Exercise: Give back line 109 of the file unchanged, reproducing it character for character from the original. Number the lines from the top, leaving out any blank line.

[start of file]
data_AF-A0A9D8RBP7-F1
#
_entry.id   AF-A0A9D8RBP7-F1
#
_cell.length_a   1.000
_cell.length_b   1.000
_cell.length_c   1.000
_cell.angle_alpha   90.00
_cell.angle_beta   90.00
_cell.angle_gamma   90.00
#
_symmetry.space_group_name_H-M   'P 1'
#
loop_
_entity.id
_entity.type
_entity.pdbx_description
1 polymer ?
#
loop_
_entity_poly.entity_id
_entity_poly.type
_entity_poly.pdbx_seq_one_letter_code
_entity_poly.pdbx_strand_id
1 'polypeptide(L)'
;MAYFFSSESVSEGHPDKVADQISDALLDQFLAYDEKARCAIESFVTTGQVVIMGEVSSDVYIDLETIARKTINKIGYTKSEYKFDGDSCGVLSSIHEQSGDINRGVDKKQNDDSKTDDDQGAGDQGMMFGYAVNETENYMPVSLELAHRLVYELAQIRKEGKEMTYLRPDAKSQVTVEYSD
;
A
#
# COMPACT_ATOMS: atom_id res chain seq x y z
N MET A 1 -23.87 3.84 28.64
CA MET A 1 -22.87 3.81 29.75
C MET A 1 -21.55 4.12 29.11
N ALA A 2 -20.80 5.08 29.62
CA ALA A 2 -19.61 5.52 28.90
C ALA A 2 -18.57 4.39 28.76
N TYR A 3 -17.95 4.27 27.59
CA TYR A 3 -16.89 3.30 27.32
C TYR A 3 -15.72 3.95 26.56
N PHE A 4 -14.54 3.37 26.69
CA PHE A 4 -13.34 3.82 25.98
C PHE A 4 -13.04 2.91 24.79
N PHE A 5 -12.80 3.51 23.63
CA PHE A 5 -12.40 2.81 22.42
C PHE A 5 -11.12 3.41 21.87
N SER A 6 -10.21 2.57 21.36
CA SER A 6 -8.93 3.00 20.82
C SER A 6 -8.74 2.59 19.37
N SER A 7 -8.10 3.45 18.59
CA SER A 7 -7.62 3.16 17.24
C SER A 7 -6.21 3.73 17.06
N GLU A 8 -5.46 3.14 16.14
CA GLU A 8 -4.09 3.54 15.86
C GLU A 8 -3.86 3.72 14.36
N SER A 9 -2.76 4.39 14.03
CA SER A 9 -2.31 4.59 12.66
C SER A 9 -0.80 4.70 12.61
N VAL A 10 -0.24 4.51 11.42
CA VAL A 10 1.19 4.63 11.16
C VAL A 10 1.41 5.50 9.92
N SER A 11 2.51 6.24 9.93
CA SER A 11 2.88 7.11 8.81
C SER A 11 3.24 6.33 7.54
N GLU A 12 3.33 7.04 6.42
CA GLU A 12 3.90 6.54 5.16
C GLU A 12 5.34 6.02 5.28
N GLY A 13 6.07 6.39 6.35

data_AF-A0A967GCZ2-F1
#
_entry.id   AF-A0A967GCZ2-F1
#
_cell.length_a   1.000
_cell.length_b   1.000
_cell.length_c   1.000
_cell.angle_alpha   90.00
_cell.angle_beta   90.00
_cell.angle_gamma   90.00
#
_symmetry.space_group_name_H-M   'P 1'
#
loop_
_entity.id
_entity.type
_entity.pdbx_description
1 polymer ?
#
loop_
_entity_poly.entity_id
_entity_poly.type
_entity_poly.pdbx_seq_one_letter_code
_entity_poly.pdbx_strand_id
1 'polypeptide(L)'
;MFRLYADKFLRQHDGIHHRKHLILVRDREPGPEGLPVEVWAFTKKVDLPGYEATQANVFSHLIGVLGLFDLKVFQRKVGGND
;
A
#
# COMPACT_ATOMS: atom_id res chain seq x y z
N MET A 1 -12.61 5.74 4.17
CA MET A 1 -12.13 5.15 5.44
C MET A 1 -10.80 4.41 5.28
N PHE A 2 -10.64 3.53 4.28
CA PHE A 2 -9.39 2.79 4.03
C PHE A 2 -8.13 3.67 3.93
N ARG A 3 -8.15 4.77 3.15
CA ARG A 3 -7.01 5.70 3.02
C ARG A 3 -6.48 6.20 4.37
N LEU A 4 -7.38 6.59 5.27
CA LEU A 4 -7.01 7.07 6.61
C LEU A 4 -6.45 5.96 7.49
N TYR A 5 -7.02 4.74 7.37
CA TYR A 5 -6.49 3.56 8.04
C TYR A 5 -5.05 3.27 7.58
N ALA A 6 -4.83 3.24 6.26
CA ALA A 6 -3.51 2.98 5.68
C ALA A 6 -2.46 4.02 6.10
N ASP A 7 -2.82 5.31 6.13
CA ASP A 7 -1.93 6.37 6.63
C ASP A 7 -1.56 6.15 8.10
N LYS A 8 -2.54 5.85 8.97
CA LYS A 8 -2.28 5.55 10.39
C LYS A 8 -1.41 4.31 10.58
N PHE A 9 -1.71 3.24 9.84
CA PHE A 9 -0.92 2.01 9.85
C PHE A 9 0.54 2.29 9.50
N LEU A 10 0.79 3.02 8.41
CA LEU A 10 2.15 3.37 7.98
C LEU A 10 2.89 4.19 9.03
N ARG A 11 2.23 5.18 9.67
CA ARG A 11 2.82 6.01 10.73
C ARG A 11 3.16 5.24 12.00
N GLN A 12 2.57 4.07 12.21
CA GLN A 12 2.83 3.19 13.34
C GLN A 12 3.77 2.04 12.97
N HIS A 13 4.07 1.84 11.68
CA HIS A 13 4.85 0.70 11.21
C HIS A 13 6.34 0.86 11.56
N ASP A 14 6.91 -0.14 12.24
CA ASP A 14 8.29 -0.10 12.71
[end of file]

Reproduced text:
C LEU A 4 -6.45 5.96 7.49